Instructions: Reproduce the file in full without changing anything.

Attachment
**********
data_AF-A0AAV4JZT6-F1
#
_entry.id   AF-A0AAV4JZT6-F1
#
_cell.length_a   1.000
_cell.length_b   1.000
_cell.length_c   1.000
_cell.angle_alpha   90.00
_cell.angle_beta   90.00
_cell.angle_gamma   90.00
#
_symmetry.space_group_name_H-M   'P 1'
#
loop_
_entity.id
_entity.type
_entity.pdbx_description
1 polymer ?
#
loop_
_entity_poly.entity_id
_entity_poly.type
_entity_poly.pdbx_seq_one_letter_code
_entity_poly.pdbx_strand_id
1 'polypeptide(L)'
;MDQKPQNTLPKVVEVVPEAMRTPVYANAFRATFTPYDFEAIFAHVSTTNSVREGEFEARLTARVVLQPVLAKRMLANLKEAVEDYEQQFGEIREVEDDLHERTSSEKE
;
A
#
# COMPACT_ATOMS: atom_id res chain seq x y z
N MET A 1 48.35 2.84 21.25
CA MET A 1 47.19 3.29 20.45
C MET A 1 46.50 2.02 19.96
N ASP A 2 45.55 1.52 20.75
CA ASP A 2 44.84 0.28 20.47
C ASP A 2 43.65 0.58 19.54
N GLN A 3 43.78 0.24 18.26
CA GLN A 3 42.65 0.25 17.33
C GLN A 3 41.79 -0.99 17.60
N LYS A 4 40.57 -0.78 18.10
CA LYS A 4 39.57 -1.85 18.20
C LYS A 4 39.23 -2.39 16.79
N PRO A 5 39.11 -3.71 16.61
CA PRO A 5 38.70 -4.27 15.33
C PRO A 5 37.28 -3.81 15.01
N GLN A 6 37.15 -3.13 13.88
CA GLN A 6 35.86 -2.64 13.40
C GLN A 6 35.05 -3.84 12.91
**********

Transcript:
data_AF-A0AAV4JZT6-F1
#
_entry.id   AF-A0AAV4JZT6-F1
#
_cell.length_a   1.000
_cell.length_b   1.000
_cell.length_c   1.000
_cell.angle_alpha   90.00
_cell.angle_beta   90.00
_cell.angle_gamma   90.00
#
_symmetry.space_group_name_H-M   'P 1'
#
loop_
_entity.id
_entity.type
_entity.pdbx_description
1 polymer ?
#
loop_
_entity_poly.entity_id
_entity_poly.type
_entity_poly.pdbx_seq_one_letter_code
_entity_poly.pdbx_strand_id
1 'polypeptide(L)'
;MDQKPQNTLPKVVEVVPEAMRTPVYANAFRATFTPYDFEAIFAHVSTTNSVREGEFEARLTARVVLQPVLAKRMLANLKEAVEDYEQQFGEIREVEDDLHERTSSEKE
;
A
#
# COMPACT_ATOMS: atom_id res chain seq x y z
N MET A 1 48.35 2.84 21.25
CA MET A 1 47.19 3.29 20.45
C MET A 1 46.50 2.02 19.96
N ASP A 2 45.55 1.52 20.75
CA ASP A 2 44.84 0.28 20.47
C ASP A 2 43.65 0.58 19.54
N GLN A 3 43.78 0.24 18.26
CA GLN A 3 42.65 0.25 17.33
C GLN A 3 41.79 -0.99 17.60
N LYS A 4 40.57 -0.78 18.10
CA LYS A 4 39.57 -1.85 18.20
C LYS A 4 39.23 -2.39 16.79
N PRO A 5 39.11 -3.71 16.61
CA PRO A 5 38.70 -4.27 15.33
C PRO A 5 37.28 -3.81 15.01
N GLN A 6 37.15 -3.13 13.88
CA GLN A 6 35.86 -2.64 13.40
C GLN A 6 35.05 -3.84 12.91